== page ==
I don’t spend much time looking at poll numbers in off-years, for the same reason I don’t eat canned beets: It’s unpleasant and unnecessary. But this PPP study was just too juicy to pass up:

A Democratic polling firm said President Obama’s already weak job-approval numbers are “worse than they appear” and he likely would lose the election if it were held today.

For the first time in a year, Mr. Obama does not lead former Massachusetts Gov. Mitt Romney in Public Policy Polling’s monthly national poll on the 2012 presidential race. They are tied at 45 percent, and Mr. Obama is losing among independent voters by a margin of 49 percent to 44 percent.

Worse for Mr. Obama, PPP said, the “vast majority” of undecideds disapprove of the president’s performance. The survey of registered voters was conducted July 15-17.

“There’s a very good chance Barack Obama would lose if he had to stand for re-election today,” said Dean Debnam, president of PPP. “This is his worst poll standing in a long time, and he really needs the economy to start turning around.”

It’s starting to feel like 2005 or 2009 — when the incumbent party clueless as to the depths of public disgust with them. As late as the spring of ’06, GOP strategists were simply clueless, talking about how money and name recognition would save their majority. The Democrats were just as bad, convinced somehow that everything would be just fine last November. Seriously — it wasn’t until late summer/early fall that “reputable” polling firms got serious about talking about a GOP takeover.

By “reputable,” of course, I mean “anybody but Rasmussen.”

President Obama should have gotten a wakeup call, but this White House is constitutionally unable to change course. I don’t know if that’s due entirely to the man at the top, or if his advisors, cabinet, czars, and syncophants reinforce Obama’s essential intransigence. Whatever the case, their entire strategy — for dealing with immediate problems and next year’s campaign — seems to consist of the same two steps, repeated as needed:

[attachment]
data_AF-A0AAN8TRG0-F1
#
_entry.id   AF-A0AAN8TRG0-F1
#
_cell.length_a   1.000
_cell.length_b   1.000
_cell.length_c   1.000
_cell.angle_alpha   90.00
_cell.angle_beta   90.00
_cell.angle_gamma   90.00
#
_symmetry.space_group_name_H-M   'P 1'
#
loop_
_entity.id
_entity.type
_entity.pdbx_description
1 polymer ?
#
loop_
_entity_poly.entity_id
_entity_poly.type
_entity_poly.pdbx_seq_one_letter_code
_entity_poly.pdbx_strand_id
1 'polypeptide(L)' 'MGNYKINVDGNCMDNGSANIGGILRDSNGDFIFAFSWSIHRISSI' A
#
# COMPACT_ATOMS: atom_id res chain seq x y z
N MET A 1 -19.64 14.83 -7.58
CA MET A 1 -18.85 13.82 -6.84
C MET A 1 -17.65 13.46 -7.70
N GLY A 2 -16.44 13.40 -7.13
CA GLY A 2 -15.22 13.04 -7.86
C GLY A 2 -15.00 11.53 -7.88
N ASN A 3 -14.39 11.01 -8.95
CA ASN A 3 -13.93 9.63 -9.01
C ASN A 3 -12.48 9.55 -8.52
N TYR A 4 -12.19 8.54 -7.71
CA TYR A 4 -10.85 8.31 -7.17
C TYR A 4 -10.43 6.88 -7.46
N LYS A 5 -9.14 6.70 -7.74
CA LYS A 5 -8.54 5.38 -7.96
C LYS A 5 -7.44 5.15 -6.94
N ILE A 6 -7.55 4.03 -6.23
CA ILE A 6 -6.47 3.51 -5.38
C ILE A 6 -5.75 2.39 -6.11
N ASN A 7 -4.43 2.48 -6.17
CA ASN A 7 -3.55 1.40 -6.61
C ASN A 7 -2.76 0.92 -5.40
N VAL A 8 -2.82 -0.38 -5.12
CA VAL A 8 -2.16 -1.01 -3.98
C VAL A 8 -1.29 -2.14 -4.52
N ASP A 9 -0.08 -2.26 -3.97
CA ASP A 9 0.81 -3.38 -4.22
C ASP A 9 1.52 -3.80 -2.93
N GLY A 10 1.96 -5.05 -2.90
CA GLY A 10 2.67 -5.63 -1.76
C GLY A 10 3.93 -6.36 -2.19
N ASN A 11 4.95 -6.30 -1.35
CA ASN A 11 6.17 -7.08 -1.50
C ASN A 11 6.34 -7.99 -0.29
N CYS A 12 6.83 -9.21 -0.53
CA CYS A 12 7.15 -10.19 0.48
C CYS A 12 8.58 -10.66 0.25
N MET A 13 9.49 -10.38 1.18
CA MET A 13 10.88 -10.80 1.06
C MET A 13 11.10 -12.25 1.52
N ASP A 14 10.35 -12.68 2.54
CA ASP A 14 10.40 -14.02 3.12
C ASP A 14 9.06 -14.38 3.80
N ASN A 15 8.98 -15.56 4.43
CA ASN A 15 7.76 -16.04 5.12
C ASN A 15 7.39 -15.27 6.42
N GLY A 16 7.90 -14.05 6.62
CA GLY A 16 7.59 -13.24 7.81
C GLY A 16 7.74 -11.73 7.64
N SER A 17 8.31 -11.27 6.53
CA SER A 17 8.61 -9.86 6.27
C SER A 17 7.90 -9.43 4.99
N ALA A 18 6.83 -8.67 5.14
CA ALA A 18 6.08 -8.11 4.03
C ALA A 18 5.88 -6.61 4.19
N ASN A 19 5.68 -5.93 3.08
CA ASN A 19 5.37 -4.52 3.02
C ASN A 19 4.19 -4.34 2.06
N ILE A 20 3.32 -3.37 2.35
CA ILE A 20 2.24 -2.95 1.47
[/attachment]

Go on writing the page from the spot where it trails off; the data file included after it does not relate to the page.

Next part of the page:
1. Make dangerous, stupid policies.

2. Make sure the Republicans get slightly more blame for them than the President.

Oh, and I guess there’s a third step: Re-election! But, like the underwear gnomes or getting directions in Maine, I’m not sure how they get there from here.

The feeling I get — But a Lot Can Happen Between Now and the Election™ — is that if the GOP can pair a credible candidate with a not-too crazy Veep, there’s going to be a whole lot of red on next year’s map. Public sentiment has turned nasty against this President — and for good reason.

Sherwood Schwartz: American Shakespeare?

July 21st, 2011 - 9:55 am

Trifecta: In praise of the all-American antics of Gilligan’s Island.

Your Evening Awesome

July 20th, 2011 - 5:55 pm

In light of recently discovered evidence, I might have to rethink my dislike of The Beatles.

Mac OS X Lion: First Impressions

July 20th, 2011 - 1:34 pm

The Good:

• It sure is purty.

• WebKit2 — the new guts underneath the browser — is wicked fast.

• I like fullscreen apps much more than I thought I would.

• I dislike Mission Control less than I thought I would.

The Bad:

• Scrolling between virtual desktops induces minor nausea. What works on a 10-iPad can be a little too much on a 24-inch monitor.

• The Finder sidebar is now as devoid of color as iTunes 10. Now I must actually look at the icon or read the text, rather than just knowing by the color. How is that an improvement?

• The SysPrefs pane takes forever to load. Huh?

• iCal is even less usable than its marginal predecessor.

The Ugly:

• iCal. It’s like they started to make it look like the iPad Calendar app (which is lovely), and then halfway through realized it was just stoopid on a desktop. But then they got busy on other stuff and forgot to undo the half-done changes. It’s so bad it looks like a freebie Android app, slapped up on a billboard.

In Conclusion:

Fantastic upgrade to the world’s best desktop OS. Except for iCal, which stands out like an oozing pustule on a bikini model.